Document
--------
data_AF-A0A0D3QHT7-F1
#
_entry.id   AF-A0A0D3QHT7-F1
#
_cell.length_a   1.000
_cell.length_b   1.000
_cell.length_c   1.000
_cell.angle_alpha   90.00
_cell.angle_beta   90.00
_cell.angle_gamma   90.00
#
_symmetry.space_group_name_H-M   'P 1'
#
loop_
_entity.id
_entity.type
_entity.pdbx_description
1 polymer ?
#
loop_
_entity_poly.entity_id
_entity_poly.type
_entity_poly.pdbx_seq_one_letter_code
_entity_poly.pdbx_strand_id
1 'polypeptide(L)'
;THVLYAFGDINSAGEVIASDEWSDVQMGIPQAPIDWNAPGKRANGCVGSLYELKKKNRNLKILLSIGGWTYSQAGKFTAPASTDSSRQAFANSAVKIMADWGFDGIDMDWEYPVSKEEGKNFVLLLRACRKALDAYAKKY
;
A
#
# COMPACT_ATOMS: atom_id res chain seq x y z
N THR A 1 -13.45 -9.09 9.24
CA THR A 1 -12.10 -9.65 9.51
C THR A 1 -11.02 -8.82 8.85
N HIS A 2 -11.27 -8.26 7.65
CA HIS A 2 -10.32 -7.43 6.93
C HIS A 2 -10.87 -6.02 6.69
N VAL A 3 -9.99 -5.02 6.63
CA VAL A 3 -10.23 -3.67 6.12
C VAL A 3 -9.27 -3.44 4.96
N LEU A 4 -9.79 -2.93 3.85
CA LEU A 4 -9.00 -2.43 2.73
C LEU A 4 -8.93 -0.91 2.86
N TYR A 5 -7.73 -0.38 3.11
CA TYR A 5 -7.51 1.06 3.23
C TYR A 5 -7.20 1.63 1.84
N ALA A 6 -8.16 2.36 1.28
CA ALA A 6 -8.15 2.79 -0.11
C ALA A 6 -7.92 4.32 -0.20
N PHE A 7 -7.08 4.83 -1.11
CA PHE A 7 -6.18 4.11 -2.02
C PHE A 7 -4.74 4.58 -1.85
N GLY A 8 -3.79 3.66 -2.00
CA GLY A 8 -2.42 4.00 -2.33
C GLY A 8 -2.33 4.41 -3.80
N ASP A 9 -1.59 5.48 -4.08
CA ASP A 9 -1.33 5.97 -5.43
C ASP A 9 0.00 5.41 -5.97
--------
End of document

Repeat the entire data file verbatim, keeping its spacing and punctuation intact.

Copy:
data_AF-A0A0D3QHT7-F1
#
_entry.id   AF-A0A0D3QHT7-F1
#
_cell.length_a   1.000
_cell.length_b   1.000
_cell.length_c   1.000
_cell.angle_alpha   90.00
_cell.angle_beta   90.00
_cell.angle_gamma   90.00
#
_symmetry.space_group_name_H-M   'P 1'
#
loop_
_entity.id
_entity.type
_entity.pdbx_description
1 polymer ?
#
loop_
_entity_poly.entity_id
_entity_poly.type
_entity_poly.pdbx_seq_one_letter_code
_entity_poly.pdbx_strand_id
1 'polypeptide(L)'
;THVLYAFGDINSAGEVIASDEWSDVQMGIPQAPIDWNAPGKRANGCVGSLYELKKKNRNLKILLSIGGWTYSQAGKFTAPASTDSSRQAFANSAVKIMADWGFDGIDMDWEYPVSKEEGKNFVLLLRACRKALDAYAKKY
;
A
#
# COMPACT_ATOMS: atom_id res chain seq x y z
N THR A 1 -13.45 -9.09 9.24
CA THR A 1 -12.10 -9.65 9.51
C THR A 1 -11.02 -8.82 8.85
N HIS A 2 -11.27 -8.26 7.65
CA HIS A 2 -10.32 -7.43 6.93
C HIS A 2 -10.87 -6.02 6.69
N VAL A 3 -9.99 -5.02 6.63
CA VAL A 3 -10.23 -3.67 6.12
C VAL A 3 -9.27 -3.44 4.96
N LEU A 4 -9.79 -2.93 3.85
CA LEU A 4 -9.00 -2.43 2.73
C LEU A 4 -8.93 -0.91 2.86
N TYR A 5 -7.73 -0.38 3.11
CA TYR A 5 -7.51 1.06 3.23
C TYR A 5 -7.20 1.63 1.84
N ALA A 6 -8.16 2.36 1.28
CA ALA A 6 -8.15 2.79 -0.11
C ALA A 6 -7.92 4.32 -0.20
N PHE A 7 -7.08 4.83 -1.11
CA PHE A 7 -6.18 4.11 -2.02
C PHE A 7 -4.74 4.58 -1.85
N GLY A 8 -3.79 3.66 -2.00
CA GLY A 8 -2.42 4.00 -2.33
C GLY A 8 -2.33 4.41 -3.80
N ASP A 9 -1.59 5.48 -4.08
CA ASP A 9 -1.33 5.97 -5.43
C ASP A 9 0.00 5.41 -5.97